• Cool season annual flowers and vegetables early in month in North Texas.
  • Warm season annual flowers and vegetables late in the month for North Central Texas.
  • Containers can be used for annual flowers and foliage, tropical plants, herbs and even vegetables. Choose large pots with drain holes, and use a quality highly organic potting mix.
  • Perennials from potted nursery plants or transplanted from established clumps dug and divided before they start their spring growth.
  • Nursery stock. Supplies will be plentiful through the spring. Unusual types can be special-ordered or ordered online.
  • Groundcovers this month to take advantage of their burst of spring growth.
  • St. Augustine, bermuda and zoysia can be sodded this month, beginning by late in month in North Texas.
  • Seedlings should be held until mid-to late April.

  • New bare-rooted and balled-and-burlapped shade and fruit trees by 30 to 50 % if they were not pruned at the time of planting. Without this pruning, transplant shock from root loss will do significant damage.
  • Spring-blooming shrubs and vines immediately after they finish flowering. There is a brief window in which to reshape them before their burst of new spring growth. Avoid formal shearing whenever possible.
  • Warm-season turf by scalping early in month. Drop mower by 1 or 2 notches to remove winter-killed stubble. This will remove many of the weeds, as well as let the grass green up a week or two earlier. Use clippings in compost or as mulch, not as landfill.

  • New trees, shrubs with liquid root-stimulator. Repeat monthly for 1st year for balled-and-burlapped and bare-rooted plants.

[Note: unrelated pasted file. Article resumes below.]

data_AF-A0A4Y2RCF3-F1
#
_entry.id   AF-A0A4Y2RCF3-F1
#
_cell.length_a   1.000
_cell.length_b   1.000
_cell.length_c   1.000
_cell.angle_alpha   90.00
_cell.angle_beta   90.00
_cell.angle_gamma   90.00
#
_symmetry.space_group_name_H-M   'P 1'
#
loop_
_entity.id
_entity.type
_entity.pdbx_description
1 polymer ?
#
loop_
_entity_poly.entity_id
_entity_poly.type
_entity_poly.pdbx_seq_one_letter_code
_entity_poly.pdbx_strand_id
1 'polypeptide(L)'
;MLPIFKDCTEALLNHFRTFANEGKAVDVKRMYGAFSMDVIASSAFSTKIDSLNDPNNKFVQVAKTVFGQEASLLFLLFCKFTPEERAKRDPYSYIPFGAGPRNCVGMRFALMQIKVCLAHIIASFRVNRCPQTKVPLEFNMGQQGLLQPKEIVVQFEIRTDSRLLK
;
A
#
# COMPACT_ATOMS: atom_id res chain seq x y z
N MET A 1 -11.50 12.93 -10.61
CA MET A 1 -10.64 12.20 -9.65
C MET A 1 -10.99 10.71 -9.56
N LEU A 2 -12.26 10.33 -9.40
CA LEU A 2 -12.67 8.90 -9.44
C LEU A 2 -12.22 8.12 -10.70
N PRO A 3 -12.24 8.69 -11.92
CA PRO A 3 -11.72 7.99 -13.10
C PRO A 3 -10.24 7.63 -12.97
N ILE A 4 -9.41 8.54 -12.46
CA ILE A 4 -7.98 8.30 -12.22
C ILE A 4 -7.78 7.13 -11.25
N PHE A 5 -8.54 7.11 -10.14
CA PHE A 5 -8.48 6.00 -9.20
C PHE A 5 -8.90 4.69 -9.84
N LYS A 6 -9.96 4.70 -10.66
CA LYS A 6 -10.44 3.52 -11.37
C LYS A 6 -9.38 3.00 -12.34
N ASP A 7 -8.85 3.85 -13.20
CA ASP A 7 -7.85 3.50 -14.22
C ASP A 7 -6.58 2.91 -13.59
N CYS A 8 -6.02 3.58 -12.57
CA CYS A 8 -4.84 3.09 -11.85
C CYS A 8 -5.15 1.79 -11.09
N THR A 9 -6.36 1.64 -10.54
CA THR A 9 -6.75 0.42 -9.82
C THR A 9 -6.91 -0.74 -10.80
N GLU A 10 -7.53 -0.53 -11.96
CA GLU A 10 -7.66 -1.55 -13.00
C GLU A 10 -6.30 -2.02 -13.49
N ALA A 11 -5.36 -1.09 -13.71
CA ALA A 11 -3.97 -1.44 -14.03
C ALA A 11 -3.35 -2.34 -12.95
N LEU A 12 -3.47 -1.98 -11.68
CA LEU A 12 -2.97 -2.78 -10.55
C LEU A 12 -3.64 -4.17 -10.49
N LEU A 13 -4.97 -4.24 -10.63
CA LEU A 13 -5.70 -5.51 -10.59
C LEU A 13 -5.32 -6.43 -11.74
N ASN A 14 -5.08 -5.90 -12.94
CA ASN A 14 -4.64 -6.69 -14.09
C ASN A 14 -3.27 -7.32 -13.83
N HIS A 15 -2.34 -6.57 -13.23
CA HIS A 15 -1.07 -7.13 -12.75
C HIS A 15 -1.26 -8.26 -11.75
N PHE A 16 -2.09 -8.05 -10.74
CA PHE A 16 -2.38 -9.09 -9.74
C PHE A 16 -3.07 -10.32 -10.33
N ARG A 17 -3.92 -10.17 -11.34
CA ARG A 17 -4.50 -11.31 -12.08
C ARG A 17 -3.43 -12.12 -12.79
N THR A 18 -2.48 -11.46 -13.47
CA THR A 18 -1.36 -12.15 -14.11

• Trees, shrubs, vines and groundcovers will benefit from high-nitrogen, or all-nitrogen plant food, especially for spring-flowering types that will follow their blooms with strong vegetative regrowth.
  • Pecans with quality, all-nitrogen plant food once a month, March through May.
  • Containers. including pots and hanging baskets, with water soluble, complete-and-balanced plant food with each watering. Use encapsulated, timed-released plant food for sustained feeding.
Roses Lookout:

  • Black spot (dark brown blotches surrounded by yellowed tissue)
  • Thrips (whisker-sized insects that cause buds to brown and fail to open properly)
  • Use systemic fungicide and insecticides respectively for both.

  • Broadleafed weeds, including dandelions, clover, dichondra and dollarweed. Apply a 2,4-d product according to label directions.
  • Crabgrass and grassburs can be prevented before they germinate. Use labeled pre-emergent herbicide granules by mid-month. Repeat 90 days later.
Watch For:

  • Snails, slugs and pillbugs. These feed at night, stripping foliage and toppling transplants. Apply labeled dust or bait to control.
  • Cankerworms hanging by single threads from tree leaves, and cabbage loopers that are chewing though leaves of cabbage, broccoli and other cole crops.
  • Aphids massed on tender new growth. Look for small, pear-shaped bodies.
  • Peach and plum pests. Protect against plum curculio larvae with insecticide sprays. Include a labeled fungicide at the same time to control fruit disease problems. Timings of sprays: “pink bud” ( when the buds are fully swollen, but before they open); “petal fall” (when 3/4 of the petals are on the ground-this spray should be made in late evening to avoid harm to bees); then on 10-14 day intervals thereafter until harvest. For full discussion and a fruit/nut spray schedule, click here.

  • Sprinkler heads for cleaning, realigning, repairs or replacement.

  • Texas spring weather is very unpredictable, so protect tender flowers and veggies from late cold with frost cloth.

“I love spring anywhere, but if I could choose I would always greet it in a garden.” ~Ruth Stout

Information collected from Neil Sperry

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